The Paris Agreement universally adopted in December 2015 by all 195 countries involved in the UN Framework Convention on Climate Change was evidence that the world wants a global low-carbon economy. According to research by the UN Environment Programme and Bloomberg New Energy Finance, investment in renewable energy suggests the same: in 2015, $285.9bn was committed globally to renewables, the highest annual figure in history, and for the first time representing more than half of all investment in new energy capacity.

The leading lights in this record spend are China, the US, Japan and the UK. Developing countries spent more ($156bn) than developed economies ($130bn). Europe’s investment amounted to $48.8bn, down 21% on the previous year, and the UK accounted for $22.2bn, nearly half of the European total. Other countries are now catching up with Europe’s historical lead in renewables. The 2016 EY Renewable Energy Country Attractiveness Index ranks the US, China and India as its top three, and while seven European countries are in the top 20, only Germany and France feature in the top 10.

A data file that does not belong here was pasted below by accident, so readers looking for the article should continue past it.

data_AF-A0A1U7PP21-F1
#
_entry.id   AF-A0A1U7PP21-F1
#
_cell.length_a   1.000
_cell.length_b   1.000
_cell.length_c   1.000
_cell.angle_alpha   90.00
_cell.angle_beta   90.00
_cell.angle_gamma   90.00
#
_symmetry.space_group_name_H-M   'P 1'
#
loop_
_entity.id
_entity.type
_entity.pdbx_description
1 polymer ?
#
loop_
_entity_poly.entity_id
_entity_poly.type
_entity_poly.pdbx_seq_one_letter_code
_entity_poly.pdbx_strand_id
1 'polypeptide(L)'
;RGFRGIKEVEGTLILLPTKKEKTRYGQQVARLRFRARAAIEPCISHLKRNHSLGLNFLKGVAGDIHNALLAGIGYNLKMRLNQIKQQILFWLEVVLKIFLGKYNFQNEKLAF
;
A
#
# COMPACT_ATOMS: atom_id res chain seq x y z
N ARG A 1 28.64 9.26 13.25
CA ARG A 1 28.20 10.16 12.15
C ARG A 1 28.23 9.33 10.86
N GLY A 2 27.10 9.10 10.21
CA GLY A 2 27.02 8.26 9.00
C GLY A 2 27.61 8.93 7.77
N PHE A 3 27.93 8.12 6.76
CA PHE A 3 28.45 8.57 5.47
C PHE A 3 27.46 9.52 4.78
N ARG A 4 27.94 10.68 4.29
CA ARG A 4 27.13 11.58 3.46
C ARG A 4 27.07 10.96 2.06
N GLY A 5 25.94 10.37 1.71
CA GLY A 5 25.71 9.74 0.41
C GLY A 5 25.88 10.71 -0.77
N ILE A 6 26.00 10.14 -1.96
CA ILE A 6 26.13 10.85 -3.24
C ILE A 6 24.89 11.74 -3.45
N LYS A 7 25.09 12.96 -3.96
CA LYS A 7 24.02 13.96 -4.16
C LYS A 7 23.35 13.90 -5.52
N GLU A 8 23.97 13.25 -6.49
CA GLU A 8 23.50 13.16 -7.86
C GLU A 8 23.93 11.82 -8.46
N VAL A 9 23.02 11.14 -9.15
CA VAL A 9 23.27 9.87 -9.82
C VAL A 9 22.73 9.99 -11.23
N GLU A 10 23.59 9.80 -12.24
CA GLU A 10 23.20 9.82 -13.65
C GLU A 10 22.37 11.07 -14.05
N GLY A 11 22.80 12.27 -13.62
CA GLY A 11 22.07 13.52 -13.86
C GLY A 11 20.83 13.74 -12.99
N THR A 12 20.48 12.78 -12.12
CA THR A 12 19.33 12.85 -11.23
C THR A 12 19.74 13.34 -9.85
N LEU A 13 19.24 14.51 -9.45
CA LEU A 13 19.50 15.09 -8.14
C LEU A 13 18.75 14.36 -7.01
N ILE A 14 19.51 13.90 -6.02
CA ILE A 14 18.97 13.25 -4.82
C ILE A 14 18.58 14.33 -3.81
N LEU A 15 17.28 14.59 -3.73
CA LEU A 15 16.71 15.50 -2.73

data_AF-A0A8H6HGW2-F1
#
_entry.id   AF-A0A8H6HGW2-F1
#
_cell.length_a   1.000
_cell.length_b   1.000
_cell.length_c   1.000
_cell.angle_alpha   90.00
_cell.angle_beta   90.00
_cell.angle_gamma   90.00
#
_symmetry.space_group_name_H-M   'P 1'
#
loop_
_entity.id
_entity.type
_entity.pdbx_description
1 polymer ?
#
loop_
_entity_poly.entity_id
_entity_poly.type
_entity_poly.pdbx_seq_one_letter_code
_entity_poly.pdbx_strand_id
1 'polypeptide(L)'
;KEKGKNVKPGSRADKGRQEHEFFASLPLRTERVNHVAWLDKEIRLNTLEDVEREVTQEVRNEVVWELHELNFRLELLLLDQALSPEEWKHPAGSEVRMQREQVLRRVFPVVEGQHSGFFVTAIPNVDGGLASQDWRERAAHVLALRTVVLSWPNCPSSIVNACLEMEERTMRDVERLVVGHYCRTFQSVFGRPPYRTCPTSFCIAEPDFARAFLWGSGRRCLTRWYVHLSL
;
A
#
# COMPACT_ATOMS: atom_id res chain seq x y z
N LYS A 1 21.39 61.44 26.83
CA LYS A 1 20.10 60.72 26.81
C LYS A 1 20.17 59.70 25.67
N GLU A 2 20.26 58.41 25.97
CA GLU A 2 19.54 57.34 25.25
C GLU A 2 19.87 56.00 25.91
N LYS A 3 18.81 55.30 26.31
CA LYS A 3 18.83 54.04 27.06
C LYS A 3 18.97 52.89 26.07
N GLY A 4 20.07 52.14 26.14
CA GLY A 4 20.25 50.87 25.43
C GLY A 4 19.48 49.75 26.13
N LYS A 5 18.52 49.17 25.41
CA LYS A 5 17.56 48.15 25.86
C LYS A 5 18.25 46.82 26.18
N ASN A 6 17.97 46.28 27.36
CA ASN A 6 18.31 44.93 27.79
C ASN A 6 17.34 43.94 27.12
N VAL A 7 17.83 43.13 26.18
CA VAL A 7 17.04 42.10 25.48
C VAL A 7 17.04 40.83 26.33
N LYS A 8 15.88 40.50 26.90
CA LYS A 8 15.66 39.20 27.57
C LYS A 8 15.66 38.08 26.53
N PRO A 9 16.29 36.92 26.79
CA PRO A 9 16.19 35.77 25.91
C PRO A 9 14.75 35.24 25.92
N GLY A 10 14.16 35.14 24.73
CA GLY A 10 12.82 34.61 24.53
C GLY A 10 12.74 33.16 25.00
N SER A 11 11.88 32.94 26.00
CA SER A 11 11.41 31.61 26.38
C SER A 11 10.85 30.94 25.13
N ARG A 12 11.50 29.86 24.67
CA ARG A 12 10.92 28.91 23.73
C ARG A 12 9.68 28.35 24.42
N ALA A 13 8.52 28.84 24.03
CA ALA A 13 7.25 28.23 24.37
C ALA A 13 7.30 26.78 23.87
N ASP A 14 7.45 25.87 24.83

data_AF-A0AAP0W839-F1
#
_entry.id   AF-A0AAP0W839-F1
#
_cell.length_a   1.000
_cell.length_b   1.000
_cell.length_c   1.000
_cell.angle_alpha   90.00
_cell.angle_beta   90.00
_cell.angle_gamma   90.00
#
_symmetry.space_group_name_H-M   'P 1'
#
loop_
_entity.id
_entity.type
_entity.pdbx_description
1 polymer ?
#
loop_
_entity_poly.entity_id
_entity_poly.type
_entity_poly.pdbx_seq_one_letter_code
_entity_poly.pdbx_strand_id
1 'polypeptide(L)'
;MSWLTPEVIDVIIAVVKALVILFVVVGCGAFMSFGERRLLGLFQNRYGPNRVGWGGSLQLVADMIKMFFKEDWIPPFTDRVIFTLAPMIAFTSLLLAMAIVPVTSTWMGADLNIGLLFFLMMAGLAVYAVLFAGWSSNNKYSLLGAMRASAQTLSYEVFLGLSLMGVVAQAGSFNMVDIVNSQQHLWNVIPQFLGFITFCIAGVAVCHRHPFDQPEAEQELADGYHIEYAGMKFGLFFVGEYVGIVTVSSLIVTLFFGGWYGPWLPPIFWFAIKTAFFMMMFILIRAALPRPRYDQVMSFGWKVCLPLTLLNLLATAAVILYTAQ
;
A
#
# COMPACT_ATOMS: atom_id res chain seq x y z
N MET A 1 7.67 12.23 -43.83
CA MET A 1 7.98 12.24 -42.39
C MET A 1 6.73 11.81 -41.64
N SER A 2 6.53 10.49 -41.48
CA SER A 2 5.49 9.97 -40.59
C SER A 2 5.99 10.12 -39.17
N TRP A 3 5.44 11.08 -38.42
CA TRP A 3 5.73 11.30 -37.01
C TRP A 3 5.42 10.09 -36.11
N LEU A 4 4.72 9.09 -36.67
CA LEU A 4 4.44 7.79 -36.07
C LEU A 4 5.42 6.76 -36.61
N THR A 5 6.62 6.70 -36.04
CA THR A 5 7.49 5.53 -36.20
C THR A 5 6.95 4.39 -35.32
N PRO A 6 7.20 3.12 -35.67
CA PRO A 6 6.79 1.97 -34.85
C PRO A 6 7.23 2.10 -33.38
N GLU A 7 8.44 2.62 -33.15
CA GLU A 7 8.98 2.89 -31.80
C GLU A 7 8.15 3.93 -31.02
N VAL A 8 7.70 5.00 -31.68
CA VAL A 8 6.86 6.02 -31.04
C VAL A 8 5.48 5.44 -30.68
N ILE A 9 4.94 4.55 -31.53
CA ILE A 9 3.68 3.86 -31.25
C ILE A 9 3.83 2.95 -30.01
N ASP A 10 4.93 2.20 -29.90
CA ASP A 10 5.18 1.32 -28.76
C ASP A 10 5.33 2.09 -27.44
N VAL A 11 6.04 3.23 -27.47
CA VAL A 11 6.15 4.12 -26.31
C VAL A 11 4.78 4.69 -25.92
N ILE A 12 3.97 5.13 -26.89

Since 2010, Europe has been a pioneer in bringing renewables into the energy mix, helping to create a market (driven by subsidies) for commercial renewable energy technologies. It helped to demonstrate and commercialise technologies such as solar photovoltaic systems and wind power, which are now increasingly being rolled out worldwide. The EU renewable energy policies for 2020 and 2030 seek to help Europe reach a position where greenhouse gas (GHG) emissions in 2050 are 80% to 95% below 1990 levels: a sustainable low-carbon economy. While most European countries seem to be on track for the 2020 targets, perhaps the EU should be more ambitious for its 2030 achievements, which are set at a minimum 40% reduction in greenhouse gas emissions. Europe needs to keep putting out strong signals on renewables, as what is good for Europe is also good for the world.             

Douglas Clark is director of Location Connections, consultants for economic development innovation.